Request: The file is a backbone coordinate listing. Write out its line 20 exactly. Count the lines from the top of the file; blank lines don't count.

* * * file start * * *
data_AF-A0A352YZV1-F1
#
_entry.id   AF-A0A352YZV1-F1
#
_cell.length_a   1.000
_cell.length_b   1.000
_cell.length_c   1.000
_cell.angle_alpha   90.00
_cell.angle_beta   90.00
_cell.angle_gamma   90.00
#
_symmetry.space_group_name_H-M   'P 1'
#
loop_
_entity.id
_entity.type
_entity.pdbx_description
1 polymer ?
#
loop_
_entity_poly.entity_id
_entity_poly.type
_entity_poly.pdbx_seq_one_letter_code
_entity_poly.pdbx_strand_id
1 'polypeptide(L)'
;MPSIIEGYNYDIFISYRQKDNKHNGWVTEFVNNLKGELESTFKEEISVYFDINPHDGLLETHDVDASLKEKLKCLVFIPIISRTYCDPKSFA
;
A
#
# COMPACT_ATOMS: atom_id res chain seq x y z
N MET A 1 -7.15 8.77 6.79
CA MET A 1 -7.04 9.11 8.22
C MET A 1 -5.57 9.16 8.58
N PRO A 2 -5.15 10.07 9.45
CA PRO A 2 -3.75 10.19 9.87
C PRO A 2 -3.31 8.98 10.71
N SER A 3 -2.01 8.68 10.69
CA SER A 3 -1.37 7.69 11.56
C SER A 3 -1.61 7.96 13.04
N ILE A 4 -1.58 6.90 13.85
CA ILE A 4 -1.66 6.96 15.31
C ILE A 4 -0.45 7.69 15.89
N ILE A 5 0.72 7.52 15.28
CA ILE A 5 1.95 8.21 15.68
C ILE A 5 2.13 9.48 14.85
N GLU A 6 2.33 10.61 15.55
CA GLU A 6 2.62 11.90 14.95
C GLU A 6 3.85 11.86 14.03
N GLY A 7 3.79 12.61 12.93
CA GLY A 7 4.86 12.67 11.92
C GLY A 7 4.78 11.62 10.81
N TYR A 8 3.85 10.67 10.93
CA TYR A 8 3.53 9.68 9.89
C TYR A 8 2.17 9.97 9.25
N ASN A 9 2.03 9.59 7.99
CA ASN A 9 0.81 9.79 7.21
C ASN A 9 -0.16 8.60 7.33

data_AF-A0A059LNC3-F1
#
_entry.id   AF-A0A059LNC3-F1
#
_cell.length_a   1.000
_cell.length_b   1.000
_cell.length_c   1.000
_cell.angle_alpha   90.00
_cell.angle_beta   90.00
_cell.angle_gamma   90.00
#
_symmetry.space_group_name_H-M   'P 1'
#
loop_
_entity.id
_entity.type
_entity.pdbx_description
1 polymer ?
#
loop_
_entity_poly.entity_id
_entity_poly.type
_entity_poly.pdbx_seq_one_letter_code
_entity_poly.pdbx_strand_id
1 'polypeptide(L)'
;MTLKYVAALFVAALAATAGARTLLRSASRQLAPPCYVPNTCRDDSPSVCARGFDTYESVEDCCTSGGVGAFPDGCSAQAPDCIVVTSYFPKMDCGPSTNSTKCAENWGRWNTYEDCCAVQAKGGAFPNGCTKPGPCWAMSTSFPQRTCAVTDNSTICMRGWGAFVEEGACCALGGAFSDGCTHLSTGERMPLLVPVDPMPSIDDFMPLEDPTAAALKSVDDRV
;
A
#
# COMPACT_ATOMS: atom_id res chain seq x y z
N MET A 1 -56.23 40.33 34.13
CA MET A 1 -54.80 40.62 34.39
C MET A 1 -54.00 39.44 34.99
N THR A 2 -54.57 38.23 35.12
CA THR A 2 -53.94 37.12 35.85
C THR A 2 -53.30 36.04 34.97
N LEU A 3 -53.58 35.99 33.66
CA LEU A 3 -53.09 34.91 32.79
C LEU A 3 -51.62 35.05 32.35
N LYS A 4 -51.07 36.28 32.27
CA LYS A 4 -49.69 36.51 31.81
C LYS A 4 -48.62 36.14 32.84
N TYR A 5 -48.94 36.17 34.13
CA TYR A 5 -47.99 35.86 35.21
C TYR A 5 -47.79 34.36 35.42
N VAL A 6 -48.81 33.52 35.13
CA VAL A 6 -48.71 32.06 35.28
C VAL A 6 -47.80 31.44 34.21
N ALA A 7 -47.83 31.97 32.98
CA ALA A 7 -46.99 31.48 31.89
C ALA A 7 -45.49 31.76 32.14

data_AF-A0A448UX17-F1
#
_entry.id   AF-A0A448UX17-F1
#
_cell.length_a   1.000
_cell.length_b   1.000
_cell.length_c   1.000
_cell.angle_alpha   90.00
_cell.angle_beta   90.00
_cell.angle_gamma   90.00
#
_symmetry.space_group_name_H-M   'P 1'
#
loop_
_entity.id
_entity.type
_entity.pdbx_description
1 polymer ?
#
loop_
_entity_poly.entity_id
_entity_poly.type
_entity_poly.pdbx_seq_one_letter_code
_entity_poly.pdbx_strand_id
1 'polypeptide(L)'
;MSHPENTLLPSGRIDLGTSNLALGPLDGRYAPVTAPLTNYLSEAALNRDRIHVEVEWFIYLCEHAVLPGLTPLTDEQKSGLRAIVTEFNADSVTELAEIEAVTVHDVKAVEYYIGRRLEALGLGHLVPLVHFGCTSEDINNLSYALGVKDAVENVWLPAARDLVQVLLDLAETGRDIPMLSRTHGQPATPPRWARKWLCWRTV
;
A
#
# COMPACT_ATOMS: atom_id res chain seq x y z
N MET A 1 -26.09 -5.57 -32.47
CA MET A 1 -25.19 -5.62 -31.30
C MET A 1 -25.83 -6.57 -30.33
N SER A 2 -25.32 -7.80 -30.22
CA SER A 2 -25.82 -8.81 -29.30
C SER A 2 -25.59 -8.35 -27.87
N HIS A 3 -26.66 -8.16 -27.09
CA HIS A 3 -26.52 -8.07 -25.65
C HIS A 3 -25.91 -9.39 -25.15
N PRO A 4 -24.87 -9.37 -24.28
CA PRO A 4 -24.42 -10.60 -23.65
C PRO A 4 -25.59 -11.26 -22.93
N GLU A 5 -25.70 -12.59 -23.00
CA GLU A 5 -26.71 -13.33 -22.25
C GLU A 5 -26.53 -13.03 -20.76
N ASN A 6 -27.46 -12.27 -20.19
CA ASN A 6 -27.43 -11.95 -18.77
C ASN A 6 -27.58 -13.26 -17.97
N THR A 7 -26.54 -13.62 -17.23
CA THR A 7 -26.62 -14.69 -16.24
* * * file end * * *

loop_